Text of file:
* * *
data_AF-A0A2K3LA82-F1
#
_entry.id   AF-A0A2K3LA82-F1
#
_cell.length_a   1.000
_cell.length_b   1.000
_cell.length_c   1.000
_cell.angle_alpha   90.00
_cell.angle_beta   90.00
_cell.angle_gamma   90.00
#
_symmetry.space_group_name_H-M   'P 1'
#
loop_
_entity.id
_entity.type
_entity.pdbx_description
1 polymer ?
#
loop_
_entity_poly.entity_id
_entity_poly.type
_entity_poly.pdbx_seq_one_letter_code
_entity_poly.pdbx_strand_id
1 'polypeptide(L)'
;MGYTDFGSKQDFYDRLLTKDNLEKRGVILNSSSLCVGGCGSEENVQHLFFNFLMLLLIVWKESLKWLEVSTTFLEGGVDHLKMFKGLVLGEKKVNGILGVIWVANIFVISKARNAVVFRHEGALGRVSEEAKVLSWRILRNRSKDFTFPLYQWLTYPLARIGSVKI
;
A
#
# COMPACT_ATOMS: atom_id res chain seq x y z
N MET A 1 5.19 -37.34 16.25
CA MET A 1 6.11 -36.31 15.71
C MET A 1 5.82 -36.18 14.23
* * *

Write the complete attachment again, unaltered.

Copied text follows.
data_AF-A0A2K3LA82-F1
#
_entry.id   AF-A0A2K3LA82-F1
#
_cell.length_a   1.000
_cell.length_b   1.000
_cell.length_c   1.000
_cell.angle_alpha   90.00
_cell.angle_beta   90.00
_cell.angle_gamma   90.00
#
_symmetry.space_group_name_H-M   'P 1'
#
loop_
_entity.id
_entity.type
_entity.pdbx_description
1 polymer ?
#
loop_
_entity_poly.entity_id
_entity_poly.type
_entity_poly.pdbx_seq_one_letter_code
_entity_poly.pdbx_strand_id
1 'polypeptide(L)'
;MGYTDFGSKQDFYDRLLTKDNLEKRGVILNSSSLCVGGCGSEENVQHLFFNFLMLLLIVWKESLKWLEVSTTFLEGGVDHLKMFKGLVLGEKKVNGILGVIWVANIFVISKARNAVVFRHEGALGRVSEEAKVLSWRILRNRSKDFTFPLYQWLTYPLARIGSVKI
;
A
#
# COMPACT_ATOMS: atom_id res chain seq x y z
N MET A 1 5.19 -37.34 16.25
CA MET A 1 6.11 -36.31 15.71
C MET A 1 5.82 -36.18 14.23